Although the importance of omnivory in food webs has been established, the community niche of generalist arthropod predators such as praying mantids is usually assumed to be at most bitrophic, feeding on herbivores and other carnivores. As with most predators, mantids often are food limited in nature. Flowering plants in their environment offer mantids an opportunity to obtain high-protein pollen, a potential vegetarian alternative to their normal arthropod prey. Although some arthropod predators have been shown to feed occasionally on pollen, the extent to which they gain fitness from this behavior is unclear, and often assumed to be minor. In replicated laboratory tests, Chinese mantids, Tenodera aridifolia sinensis (Saussure), actively fed on pollen just after hatching, and on pollen-laden insects as adults. Pollen feeding enhanced fitness of these mantids by: 1) preventing starvation of nymphs at egg hatch in the absence of normal insect prey; 2) increasing body mass of nymphs fed pollen in addition to normal prey; and 3) allowing adults that were fed both pollen and insects to maintain the same fecundity on fewer insect prey than those fed insects alone. These predators are therefore tritrophic because the extent of their omnivory includes a fitness-enhancing plant product in addition to herbivore and carnivore prey. Pollen feeding may explain higher fecundity of females located on flowers, and also may enable these and other generalist predators to maintain high population densities when animal prey are scarce, which has potential consequences for the rest of the community.
PREDATORS ARE INCREASINGLY RECOGNIZED as being important to maintaining the structure and function of ecosystems (Terborgh et al. 2001). Insects are the most abundant and diverse faunal taxon, and predatory insects have been implicated as selective agents in the evolution of herbivore-plant associations (Bernays and Graham 1988), as well as useful agents of biological pest control (Symondson et al. 2002). Thus, understanding the community niche of predatory insects is an important step in understanding how many ecosystems are constructed. Most predatory insects are generalists with respect to their prey (Hassell 1978), and praying mantids (Mantodea: Mantidae) are especially so. They have been well documented to attack and capture any moving arthropod or vertebrate that falls within an appropriate size range, using a variety of visual cues (Prete 1999). The mantid, Tenodera aridifolia sinensis (Saussure), is perhaps the most broadly distributed species worldwide, inhabiting old-field ecosystems in temperate zones through a broad range of successional stages. Naturally occurring densities of this predator have been demonstrated to exert significant effects on the diversity and productivity of these ecosystems (Hurd 1999).
T. a. sinensis is univoltine, overwintering in the egg stage, hatching early in the spring, and maturing in the fall, after which adults are killed by frost. As with many arthropod predators, the principal selective pressure on this species is food limitation, which has the following documented effects (Hurd 1999). Most hatchling mantids starve during first stadium, and adult females are faced with increased feeding demands for oogenesis in the fall while arthropod prey are becoming scarce. Food limitation during the juvenile stages affects fitness in this species three ways: 1) reduced probability of survival to maturity, i.e., opportunity to reproduce; 2) reduced rate of development, lowering the probability that an individual will mature in time to reproduce before killing frost; and 3) reduced gain in body mass during nymphal stadia, resulting in lower potential fecundity of adult females. Food limitation in adults directly reduces fecundity.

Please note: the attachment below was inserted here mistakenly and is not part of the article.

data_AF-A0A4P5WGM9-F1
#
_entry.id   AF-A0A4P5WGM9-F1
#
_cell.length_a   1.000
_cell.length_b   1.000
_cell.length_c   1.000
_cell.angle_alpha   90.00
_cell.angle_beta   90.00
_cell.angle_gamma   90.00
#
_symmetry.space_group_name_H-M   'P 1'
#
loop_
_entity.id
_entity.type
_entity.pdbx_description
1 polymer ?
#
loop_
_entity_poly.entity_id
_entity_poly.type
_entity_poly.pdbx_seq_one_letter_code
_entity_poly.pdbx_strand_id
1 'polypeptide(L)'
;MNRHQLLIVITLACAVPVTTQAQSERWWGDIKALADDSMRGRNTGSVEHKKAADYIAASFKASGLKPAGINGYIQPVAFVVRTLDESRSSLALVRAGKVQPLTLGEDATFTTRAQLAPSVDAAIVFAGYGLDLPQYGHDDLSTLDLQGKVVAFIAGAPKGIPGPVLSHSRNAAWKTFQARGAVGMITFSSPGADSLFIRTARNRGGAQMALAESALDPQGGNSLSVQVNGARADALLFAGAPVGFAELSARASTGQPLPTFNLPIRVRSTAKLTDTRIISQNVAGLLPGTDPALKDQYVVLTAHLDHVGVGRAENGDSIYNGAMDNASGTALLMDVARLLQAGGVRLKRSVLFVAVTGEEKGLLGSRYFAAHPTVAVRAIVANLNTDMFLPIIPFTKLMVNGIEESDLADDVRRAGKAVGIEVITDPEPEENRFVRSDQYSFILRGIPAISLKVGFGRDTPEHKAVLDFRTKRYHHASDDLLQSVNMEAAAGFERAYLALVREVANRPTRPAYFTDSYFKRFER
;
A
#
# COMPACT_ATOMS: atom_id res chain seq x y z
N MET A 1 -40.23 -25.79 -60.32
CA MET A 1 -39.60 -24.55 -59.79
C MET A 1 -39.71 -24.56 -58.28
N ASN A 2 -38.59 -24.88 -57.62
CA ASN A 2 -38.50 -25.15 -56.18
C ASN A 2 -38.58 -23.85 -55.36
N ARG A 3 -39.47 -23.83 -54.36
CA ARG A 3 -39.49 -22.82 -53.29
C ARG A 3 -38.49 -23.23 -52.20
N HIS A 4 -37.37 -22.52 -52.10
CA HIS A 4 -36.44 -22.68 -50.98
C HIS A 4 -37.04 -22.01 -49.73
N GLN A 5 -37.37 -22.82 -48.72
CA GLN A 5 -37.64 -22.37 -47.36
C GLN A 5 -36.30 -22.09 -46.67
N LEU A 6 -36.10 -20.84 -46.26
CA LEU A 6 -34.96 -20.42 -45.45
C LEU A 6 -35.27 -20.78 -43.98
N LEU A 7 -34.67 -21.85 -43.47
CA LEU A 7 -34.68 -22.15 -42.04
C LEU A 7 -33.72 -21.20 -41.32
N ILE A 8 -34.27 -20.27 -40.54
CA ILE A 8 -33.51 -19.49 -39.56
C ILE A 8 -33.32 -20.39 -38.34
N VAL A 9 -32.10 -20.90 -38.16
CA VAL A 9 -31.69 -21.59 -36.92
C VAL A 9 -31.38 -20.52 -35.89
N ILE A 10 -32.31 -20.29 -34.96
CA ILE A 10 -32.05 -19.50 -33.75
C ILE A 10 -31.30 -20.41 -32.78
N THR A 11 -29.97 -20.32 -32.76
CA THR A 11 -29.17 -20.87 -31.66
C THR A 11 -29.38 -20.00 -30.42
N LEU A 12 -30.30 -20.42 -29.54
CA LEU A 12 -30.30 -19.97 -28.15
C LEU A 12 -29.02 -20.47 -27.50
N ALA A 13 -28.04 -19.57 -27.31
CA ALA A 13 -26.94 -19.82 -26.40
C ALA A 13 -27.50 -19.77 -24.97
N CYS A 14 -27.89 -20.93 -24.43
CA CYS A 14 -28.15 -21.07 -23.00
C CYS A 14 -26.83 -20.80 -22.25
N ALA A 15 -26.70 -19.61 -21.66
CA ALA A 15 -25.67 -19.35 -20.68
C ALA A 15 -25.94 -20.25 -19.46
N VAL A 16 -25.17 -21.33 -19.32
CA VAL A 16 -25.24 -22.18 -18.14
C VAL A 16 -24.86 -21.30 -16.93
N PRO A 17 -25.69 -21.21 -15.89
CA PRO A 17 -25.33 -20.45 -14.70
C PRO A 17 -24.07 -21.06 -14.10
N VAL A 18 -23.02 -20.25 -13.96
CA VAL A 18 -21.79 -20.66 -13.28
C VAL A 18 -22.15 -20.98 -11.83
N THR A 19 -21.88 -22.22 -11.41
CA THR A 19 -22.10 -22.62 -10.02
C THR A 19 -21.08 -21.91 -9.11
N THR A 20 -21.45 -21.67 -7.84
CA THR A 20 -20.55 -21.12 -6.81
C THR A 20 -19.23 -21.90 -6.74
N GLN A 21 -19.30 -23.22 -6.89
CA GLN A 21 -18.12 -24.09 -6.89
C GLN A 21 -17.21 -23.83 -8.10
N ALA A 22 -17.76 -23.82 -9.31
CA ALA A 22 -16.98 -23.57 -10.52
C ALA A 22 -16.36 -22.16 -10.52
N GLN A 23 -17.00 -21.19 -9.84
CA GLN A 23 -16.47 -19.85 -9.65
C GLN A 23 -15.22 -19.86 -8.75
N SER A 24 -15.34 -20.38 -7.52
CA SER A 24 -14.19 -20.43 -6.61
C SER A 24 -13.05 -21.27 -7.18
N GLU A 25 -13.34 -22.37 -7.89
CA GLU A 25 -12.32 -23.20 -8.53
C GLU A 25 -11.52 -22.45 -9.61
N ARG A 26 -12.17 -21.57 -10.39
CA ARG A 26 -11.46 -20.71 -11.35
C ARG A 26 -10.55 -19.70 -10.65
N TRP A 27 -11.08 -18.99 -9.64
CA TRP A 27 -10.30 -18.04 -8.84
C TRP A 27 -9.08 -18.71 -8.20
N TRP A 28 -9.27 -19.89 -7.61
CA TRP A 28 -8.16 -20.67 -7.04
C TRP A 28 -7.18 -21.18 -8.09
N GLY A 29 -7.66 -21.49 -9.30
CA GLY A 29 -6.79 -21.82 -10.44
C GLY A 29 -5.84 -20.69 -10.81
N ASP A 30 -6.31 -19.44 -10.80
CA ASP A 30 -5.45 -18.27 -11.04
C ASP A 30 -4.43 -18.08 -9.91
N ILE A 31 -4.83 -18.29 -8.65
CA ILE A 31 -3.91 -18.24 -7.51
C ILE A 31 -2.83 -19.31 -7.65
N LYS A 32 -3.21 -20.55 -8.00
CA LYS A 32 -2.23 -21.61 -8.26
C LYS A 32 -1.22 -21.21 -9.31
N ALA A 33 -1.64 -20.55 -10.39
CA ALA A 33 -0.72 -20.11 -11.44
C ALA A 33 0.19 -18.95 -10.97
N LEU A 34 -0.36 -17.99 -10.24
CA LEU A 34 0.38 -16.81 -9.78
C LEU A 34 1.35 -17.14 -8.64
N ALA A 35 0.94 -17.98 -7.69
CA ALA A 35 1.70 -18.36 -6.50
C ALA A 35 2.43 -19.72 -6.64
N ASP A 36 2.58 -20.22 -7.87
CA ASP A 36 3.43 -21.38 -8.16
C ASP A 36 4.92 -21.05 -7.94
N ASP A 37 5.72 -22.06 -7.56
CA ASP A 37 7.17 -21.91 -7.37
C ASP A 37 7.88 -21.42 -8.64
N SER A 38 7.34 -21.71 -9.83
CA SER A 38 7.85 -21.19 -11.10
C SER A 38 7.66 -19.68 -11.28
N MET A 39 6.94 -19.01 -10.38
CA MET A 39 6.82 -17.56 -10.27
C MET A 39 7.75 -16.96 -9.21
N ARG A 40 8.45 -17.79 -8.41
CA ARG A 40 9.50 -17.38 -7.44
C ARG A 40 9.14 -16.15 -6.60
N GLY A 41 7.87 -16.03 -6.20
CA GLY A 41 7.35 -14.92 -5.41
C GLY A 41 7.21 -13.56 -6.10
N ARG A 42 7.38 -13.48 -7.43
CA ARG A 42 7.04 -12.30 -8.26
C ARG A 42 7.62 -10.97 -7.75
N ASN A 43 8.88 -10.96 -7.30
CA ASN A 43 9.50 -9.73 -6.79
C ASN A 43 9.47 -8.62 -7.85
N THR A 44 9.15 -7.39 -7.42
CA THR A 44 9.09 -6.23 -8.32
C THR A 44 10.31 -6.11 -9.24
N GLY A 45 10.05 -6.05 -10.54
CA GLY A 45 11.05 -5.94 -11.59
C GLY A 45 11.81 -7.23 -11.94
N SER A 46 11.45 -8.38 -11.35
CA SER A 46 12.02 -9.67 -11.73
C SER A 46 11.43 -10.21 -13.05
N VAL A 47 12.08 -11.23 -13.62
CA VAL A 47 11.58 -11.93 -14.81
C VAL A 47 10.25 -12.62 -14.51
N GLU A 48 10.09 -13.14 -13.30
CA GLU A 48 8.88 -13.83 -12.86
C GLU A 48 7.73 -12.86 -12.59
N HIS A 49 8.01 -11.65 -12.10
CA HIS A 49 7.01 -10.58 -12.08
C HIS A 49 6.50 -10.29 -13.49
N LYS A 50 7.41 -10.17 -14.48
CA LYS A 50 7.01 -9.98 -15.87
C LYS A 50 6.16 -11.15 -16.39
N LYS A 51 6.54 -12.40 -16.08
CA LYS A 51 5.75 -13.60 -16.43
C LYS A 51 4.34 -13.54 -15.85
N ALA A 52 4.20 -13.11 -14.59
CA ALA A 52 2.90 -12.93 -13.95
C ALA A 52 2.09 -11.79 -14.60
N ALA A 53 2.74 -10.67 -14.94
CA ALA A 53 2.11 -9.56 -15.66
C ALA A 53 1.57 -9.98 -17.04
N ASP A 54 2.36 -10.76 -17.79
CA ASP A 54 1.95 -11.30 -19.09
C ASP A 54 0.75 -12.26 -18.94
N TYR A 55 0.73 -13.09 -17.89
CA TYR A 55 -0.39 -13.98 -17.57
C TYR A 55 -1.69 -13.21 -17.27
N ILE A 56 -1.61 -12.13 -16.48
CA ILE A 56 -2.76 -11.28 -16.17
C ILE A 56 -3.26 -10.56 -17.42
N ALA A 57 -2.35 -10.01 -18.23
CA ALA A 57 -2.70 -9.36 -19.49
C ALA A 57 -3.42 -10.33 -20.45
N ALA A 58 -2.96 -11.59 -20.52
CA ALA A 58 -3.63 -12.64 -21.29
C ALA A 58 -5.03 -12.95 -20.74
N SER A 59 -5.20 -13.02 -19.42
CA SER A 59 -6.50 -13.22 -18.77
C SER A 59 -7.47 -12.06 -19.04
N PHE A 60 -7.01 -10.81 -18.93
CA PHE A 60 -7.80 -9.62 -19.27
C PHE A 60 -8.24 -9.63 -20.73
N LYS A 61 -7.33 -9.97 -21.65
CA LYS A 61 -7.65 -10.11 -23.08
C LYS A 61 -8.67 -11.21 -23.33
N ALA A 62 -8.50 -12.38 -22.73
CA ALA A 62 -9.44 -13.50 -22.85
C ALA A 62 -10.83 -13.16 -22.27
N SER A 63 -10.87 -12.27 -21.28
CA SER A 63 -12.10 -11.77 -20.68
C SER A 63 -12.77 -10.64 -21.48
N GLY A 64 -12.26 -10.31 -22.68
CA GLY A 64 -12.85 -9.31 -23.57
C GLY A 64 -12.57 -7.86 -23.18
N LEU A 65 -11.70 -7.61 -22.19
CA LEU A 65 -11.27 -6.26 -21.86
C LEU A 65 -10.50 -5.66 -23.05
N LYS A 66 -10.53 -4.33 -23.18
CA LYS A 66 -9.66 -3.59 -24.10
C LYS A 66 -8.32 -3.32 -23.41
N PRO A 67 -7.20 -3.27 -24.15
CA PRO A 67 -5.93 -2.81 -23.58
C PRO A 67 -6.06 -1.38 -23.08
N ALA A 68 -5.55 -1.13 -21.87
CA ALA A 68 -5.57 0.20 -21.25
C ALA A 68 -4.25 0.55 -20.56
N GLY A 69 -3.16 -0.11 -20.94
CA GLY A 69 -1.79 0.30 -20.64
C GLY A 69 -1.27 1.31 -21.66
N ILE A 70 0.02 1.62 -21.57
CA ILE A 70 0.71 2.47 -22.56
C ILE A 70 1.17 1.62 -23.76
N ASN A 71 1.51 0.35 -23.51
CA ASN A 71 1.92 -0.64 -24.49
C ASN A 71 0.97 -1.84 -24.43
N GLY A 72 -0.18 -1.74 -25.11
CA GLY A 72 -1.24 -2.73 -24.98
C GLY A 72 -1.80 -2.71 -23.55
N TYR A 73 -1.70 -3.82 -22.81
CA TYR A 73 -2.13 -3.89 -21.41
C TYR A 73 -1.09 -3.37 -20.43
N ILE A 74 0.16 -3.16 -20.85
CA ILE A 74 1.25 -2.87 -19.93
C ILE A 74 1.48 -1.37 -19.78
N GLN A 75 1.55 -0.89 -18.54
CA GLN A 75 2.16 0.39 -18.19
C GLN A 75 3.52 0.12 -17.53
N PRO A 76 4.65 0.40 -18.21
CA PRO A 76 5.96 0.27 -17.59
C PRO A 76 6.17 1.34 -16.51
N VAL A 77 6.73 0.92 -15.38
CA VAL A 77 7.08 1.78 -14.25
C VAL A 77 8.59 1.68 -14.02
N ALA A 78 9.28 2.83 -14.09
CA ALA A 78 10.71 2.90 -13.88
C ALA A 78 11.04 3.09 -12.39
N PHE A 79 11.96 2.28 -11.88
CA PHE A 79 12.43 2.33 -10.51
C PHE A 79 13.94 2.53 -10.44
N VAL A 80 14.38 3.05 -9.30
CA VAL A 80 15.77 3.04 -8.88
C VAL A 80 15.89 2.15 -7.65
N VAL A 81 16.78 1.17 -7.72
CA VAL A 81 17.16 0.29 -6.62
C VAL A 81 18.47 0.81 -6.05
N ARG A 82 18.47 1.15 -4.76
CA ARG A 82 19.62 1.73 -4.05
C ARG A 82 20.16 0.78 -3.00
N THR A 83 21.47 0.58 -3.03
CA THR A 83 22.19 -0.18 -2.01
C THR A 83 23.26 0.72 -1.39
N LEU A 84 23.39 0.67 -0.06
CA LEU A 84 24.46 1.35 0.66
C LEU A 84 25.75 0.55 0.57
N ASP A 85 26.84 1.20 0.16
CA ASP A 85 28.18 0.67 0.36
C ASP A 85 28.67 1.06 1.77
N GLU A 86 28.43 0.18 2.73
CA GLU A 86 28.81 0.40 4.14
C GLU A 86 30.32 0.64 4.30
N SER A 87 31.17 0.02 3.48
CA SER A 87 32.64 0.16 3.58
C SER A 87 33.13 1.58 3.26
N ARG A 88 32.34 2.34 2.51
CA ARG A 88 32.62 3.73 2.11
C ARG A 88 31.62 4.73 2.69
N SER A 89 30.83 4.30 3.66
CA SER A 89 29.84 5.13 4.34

Pollen produced by flowering plants is a potential alternative source of food for mantids. Flowering plants are abundant in old fields during spring when nymphs hatch, and during autumn when females undergo oogenesis. Female mantids located on flowering plants were shown in one study to have higher fecundity than those on plants not in flower during autumn (Hurd 1989). Pollen can be >60% protein, and generally is digestible by animals (Roulston and Cane 2000). There are documented cases of pollen feeding among predaceous arthropods such as spiders (Smith and Mommsen 1984, Carrel et al. 2000), hemipterans (Stoner et al. 1975, Richards and Schmidt 1996), and mites (McMurtry and Scriven 1966). However, often it is unclear whether there is a fitness benefit to pollen feeding in such predators. Although mantids are visually orienting predators, they can use olfaction to identify immobile food and moisture (Prete et al. 1992), and pollen is known to produce odors detectable by insects (Dobson and Bergstrom 2000). It is difficult to determine what mantids are eating in the field, because they may spend <5% of their time feeding (Hurd 1999). Therefore, we designed laboratory experiments to test the ability of hatchling and adult mantids to feed on, and benefit from, pollen.
Materials and Methods
We set up experimental groups of T. a. sinensis nymphs 1 day after hatching in the lab from oothecae collected locally (Rockbridge Co., VA). Each group consisted of 15 nymphs that were individually housed in 130-ml glass vials and provided with distilled water on a cotton swab that was moistened daily. Nymphs were assigned to treatments arbitrarily, by collecting them one at a time from among several hundred that hatched from a group of oothecae placed in a common container, and placing them in vials without respect to either treatment group or specific ootheca of origin. Five treatment groups were established based on diets consisting of pollen, flies at two densities, and combinations of flies and pollen: P =pollen only; F =two flies per day, no pollen; FF =four flies per day, no pollen; FP =two flies per day plus pollen; and FFP =four flies per day plus pollen.